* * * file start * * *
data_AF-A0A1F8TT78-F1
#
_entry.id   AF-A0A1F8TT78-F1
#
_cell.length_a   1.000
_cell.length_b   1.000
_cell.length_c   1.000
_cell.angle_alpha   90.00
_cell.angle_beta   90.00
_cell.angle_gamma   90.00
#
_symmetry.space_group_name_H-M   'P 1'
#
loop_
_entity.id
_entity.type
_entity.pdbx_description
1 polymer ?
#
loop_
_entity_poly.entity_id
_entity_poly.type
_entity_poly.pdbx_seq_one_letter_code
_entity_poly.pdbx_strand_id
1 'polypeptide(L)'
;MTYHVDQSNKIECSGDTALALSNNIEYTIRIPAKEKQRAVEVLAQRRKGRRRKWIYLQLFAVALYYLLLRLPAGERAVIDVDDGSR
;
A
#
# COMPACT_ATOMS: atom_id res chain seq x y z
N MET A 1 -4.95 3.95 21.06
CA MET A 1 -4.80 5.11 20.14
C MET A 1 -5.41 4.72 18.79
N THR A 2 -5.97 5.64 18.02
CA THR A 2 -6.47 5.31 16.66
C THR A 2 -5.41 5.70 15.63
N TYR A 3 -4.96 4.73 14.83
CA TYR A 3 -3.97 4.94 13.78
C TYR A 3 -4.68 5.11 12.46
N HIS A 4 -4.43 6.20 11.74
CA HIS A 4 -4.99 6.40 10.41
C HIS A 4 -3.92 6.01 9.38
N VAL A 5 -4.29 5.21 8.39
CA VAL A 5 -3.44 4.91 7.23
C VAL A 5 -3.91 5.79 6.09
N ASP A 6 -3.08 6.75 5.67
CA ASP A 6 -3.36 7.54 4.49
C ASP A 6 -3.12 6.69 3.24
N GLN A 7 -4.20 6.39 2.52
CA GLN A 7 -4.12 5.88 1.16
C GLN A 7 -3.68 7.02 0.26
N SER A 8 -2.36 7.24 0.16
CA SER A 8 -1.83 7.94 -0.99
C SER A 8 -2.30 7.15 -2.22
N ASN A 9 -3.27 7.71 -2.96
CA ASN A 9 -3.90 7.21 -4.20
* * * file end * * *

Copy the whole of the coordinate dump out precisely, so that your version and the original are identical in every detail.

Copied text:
data_AF-A0A1F8TT78-F1
#
_entry.id   AF-A0A1F8TT78-F1
#
_cell.length_a   1.000
_cell.length_b   1.000
_cell.length_c   1.000
_cell.angle_alpha   90.00
_cell.angle_beta   90.00
_cell.angle_gamma   90.00
#
_symmetry.space_group_name_H-M   'P 1'
#
loop_
_entity.id
_entity.type
_entity.pdbx_description
1 polymer ?
#
loop_
_entity_poly.entity_id
_entity_poly.type
_entity_poly.pdbx_seq_one_letter_code
_entity_poly.pdbx_strand_id
1 'polypeptide(L)'
;MTYHVDQSNKIECSGDTALALSNNIEYTIRIPAKEKQRAVEVLAQRRKGRRRKWIYLQLFAVALYYLLLRLPAGERAVIDVDDGSR
;
A
#
# COMPACT_ATOMS: atom_id res chain seq x y z
N MET A 1 -4.95 3.95 21.06
CA MET A 1 -4.80 5.11 20.14
C MET A 1 -5.41 4.72 18.79
N THR A 2 -5.97 5.64 18.02
CA THR A 2 -6.47 5.31 16.66
C THR A 2 -5.41 5.70 15.63
N TYR A 3 -4.96 4.73 14.83
CA TYR A 3 -3.97 4.94 13.78
C TYR A 3 -4.68 5.11 12.46
N HIS A 4 -4.43 6.20 11.74
CA HIS A 4 -4.99 6.40 10.41
C HIS A 4 -3.92 6.01 9.38
N VAL A 5 -4.29 5.21 8.39
CA VAL A 5 -3.44 4.91 7.23
C VAL A 5 -3.91 5.79 6.09
N ASP A 6 -3.08 6.75 5.67
CA ASP A 6 -3.36 7.54 4.49
C ASP A 6 -3.12 6.69 3.24
N GLN A 7 -4.20 6.39 2.52
CA GLN A 7 -4.12 5.88 1.16
C GLN A 7 -3.68 7.02 0.26
N SER A 8 -2.36 7.24 0.16
CA SER A 8 -1.83 7.94 -0.99
C SER A 8 -2.30 7.15 -2.22
N ASN A 9 -3.27 7.71 -2.96
CA ASN A 9 -3.90 7.21 -4.20